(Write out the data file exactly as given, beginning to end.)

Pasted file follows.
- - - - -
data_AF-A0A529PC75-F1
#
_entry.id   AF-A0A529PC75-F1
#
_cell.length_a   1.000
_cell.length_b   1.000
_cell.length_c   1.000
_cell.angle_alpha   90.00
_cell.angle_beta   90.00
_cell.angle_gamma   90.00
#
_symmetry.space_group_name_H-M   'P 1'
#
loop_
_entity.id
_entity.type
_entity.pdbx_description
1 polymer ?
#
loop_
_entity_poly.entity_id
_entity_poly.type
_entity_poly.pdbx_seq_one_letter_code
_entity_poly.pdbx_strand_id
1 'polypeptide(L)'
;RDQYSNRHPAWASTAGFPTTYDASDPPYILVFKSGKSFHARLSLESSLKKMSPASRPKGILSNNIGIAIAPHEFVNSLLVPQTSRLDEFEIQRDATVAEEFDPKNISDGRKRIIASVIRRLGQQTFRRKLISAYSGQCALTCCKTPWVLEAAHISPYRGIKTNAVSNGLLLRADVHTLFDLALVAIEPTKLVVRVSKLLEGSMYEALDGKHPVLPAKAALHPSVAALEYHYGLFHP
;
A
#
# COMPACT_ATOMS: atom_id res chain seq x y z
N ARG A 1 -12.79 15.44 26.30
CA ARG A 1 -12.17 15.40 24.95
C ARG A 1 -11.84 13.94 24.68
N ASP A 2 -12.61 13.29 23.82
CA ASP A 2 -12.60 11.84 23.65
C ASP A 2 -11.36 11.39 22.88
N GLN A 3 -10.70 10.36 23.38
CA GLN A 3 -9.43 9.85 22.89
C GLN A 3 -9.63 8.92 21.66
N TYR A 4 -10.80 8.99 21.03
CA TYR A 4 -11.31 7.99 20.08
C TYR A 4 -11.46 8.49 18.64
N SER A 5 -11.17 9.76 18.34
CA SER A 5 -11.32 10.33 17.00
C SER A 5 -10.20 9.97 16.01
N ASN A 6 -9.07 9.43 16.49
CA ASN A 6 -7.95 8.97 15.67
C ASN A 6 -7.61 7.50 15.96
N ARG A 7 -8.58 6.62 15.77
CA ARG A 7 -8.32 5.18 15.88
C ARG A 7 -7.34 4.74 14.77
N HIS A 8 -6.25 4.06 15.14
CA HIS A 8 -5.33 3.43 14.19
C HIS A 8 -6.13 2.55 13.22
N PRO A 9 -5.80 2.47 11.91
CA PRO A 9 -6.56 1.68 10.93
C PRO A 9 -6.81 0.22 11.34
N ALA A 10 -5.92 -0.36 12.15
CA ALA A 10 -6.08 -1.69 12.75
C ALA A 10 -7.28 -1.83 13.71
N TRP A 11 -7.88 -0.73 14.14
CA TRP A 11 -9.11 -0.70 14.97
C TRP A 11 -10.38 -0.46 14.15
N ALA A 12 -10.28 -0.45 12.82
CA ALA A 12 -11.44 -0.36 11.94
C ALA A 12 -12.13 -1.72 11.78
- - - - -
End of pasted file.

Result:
data_AF-A0A529PC75-F1
#
_entry.id   AF-A0A529PC75-F1
#
_cell.length_a   1.000
_cell.length_b   1.000
_cell.length_c   1.000
_cell.angle_alpha   90.00
_cell.angle_beta   90.00
_cell.angle_gamma   90.00
#
_symmetry.space_group_name_H-M   'P 1'
#
loop_
_entity.id
_entity.type
_entity.pdbx_description
1 polymer ?
#
loop_
_entity_poly.entity_id
_entity_poly.type
_entity_poly.pdbx_seq_one_letter_code
_entity_poly.pdbx_strand_id
1 'polypeptide(L)'
;RDQYSNRHPAWASTAGFPTTYDASDPPYILVFKSGKSFHARLSLESSLKKMSPASRPKGILSNNIGIAIAPHEFVNSLLVPQTSRLDEFEIQRDATVAEEFDPKNISDGRKRIIASVIRRLGQQTFRRKLISAYSGQCALTCCKTPWVLEAAHISPYRGIKTNAVSNGLLLRADVHTLFDLALVAIEPTKLVVRVSKLLEGSMYEALDGKHPVLPAKAALHPSVAALEYHYGLFHP
;
A
#
# COMPACT_ATOMS: atom_id res chain seq x y z
N ARG A 1 -12.79 15.44 26.30
CA ARG A 1 -12.17 15.40 24.95
C ARG A 1 -11.84 13.94 24.68
N ASP A 2 -12.61 13.29 23.82
CA ASP A 2 -12.60 11.84 23.65
C ASP A 2 -11.36 11.39 22.88
N GLN A 3 -10.70 10.36 23.38
CA GLN A 3 -9.43 9.85 22.89
C GLN A 3 -9.63 8.92 21.66
N TYR A 4 -10.80 8.99 21.03
CA TYR A 4 -11.31 7.99 20.08
C TYR A 4 -11.46 8.49 18.64
N SER A 5 -11.17 9.76 18.34
CA SER A 5 -11.32 10.33 17.00
C SER A 5 -10.20 9.97 16.01
N ASN A 6 -9.07 9.43 16.49
CA ASN A 6 -7.95 8.97 15.67
C ASN A 6 -7.61 7.50 15.96
N ARG A 7 -8.58 6.62 15.77
CA ARG A 7 -8.32 5.18 15.88
C ARG A 7 -7.34 4.74 14.77
N HIS A 8 -6.25 4.06 15.14
CA HIS A 8 -5.33 3.43 14.19
C HIS A 8 -6.13 2.55 13.22
N PRO A 9 -5.80 2.47 11.91
CA PRO A 9 -6.56 1.68 10.93
C PRO A 9 -6.81 0.22 11.34
N ALA A 10 -5.92 -0.36 12.15
CA ALA A 10 -6.08 -1.69 12.75
C ALA A 10 -7.28 -1.83 13.71
N TRP A 11 -7.88 -0.73 14.14
CA TRP A 11 -9.11 -0.70 14.97
C TRP A 11 -10.38 -0.46 14.15
N ALA A 12 -10.28 -0.45 12.82
CA ALA A 12 -11.44 -0.36 11.94
C ALA A 12 -12.13 -1.72 11.78